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Ukraine: Exploring Two Sides Of The CD Piracy Issue

  • Askold Krushelnycky

The U.S. government has imposed trade sanctions against Ukraine for failing to introduce effective measures to combat the country's emergence as one of the biggest centers for producing counterfeit compact discs and software. Some in Ukraine are concerned that any restrictions could eliminate Ukraine's share of a future legitimate market once demand for legally licensed products grows. Others believe Kyiv must introduce stiffer laws against piracy. Future access to World Trade Organization membership would be easier, they say, and Ukrainian artists would benefit.

Kyiv, 25 January 2002 (RFE/RL)) -- What is the difference between two recordings of the song by Canadian pop singer Nelly Furtado "Turn Out the Lights."

On the streets of the Ukrainian capital, Kyiv, the difference is about $14. The one record is a legally manufactured compact disc that sells for around $16. The other is a pirate CD made in Ukraine and sold openly in kiosks and street markets throughout the country for about $2.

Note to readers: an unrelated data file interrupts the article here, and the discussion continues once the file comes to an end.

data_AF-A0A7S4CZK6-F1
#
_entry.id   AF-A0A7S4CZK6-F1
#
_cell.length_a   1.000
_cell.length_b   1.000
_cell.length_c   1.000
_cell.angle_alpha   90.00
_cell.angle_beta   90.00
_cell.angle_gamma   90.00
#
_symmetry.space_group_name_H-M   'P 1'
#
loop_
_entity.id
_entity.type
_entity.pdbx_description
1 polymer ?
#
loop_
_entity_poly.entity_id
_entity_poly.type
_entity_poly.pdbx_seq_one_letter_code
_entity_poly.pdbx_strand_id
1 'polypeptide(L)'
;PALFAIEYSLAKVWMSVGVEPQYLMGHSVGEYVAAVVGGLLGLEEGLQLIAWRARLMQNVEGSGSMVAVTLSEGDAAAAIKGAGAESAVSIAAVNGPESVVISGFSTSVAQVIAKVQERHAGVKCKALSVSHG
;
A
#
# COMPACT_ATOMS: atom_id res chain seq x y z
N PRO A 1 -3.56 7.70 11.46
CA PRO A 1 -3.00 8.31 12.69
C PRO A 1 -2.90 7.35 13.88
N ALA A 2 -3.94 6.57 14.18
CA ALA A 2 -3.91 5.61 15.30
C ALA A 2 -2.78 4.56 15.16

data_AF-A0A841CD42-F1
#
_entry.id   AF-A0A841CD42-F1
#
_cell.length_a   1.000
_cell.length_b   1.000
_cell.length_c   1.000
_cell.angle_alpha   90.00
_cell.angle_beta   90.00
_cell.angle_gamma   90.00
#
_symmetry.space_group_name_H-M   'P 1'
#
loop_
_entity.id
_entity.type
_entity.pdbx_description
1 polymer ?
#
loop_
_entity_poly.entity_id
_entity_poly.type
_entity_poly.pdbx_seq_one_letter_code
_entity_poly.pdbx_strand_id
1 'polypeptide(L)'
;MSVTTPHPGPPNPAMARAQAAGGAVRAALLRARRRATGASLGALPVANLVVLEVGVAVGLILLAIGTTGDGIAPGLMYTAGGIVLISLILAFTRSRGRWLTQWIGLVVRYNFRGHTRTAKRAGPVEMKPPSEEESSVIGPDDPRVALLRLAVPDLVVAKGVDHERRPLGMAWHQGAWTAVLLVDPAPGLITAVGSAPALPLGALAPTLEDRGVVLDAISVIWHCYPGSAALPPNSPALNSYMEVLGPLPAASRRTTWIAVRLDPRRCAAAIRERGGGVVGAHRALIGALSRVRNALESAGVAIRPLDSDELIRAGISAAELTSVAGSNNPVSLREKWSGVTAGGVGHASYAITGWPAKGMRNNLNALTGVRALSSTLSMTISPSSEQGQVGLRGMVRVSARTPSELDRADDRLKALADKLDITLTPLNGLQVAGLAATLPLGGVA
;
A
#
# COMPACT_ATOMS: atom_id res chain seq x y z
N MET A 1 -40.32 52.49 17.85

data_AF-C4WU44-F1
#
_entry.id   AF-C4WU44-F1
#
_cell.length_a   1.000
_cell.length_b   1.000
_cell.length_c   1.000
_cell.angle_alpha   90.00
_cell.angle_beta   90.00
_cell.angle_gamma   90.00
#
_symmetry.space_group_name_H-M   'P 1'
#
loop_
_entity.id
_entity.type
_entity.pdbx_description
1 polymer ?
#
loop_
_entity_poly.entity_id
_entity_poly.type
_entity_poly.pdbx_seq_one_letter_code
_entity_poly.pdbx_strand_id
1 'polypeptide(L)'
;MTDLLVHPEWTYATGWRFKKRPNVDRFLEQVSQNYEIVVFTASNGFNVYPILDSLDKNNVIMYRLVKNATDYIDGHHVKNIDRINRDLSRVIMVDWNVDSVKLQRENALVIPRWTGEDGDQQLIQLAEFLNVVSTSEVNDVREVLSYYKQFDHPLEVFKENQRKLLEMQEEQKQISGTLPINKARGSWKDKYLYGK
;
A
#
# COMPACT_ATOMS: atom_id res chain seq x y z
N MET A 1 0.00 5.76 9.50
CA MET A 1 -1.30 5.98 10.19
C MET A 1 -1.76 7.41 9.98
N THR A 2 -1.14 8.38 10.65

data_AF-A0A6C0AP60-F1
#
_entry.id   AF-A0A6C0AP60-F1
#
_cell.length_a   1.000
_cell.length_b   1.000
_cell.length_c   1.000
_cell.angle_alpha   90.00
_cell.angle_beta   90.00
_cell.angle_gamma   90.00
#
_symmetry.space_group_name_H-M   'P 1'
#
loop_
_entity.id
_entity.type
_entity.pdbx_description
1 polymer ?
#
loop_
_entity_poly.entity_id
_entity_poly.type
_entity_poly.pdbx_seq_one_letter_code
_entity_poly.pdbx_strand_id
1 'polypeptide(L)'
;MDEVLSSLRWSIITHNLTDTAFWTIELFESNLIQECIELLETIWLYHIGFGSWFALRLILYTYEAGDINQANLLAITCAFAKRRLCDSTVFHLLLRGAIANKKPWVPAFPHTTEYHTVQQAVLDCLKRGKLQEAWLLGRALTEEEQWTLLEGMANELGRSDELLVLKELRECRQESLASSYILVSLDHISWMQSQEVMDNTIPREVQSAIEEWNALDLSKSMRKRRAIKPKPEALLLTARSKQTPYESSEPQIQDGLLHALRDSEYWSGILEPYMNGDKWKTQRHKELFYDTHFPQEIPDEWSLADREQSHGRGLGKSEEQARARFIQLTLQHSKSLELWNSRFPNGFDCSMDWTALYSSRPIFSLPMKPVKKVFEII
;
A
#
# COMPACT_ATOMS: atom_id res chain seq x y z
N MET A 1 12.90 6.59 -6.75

The difference in price between the legitimate CD and the pirated copy represents around half the average monthly salary for most Ukrainians. For them, there is no question about whether to buy the legitimate or illicit version of a product. The illicit version is the only one they can afford.

This impoverishment has made pirate music CDs, computer software, and videotapes big business in Ukraine. Most of the these counterfeit items can be purchased on the streets almost as soon as they appear in legitimate markets, and sometimes even before.

Videos of the Hollywood movie "Titanic," copied from tapes made available to journalists reviewing the film and companies publicizing it, were on sale in Kyiv before the film even premiered in the U.S. One of this year's biggest movie attractions, "The Lord of the Rings," which opened a few weeks ago, is now available for $4.

It is not only private buyers who take advantage of the cheap copies. A recent Ukrainian government survey showed that around 90 percent of the computer software used in its own offices was counterfeit.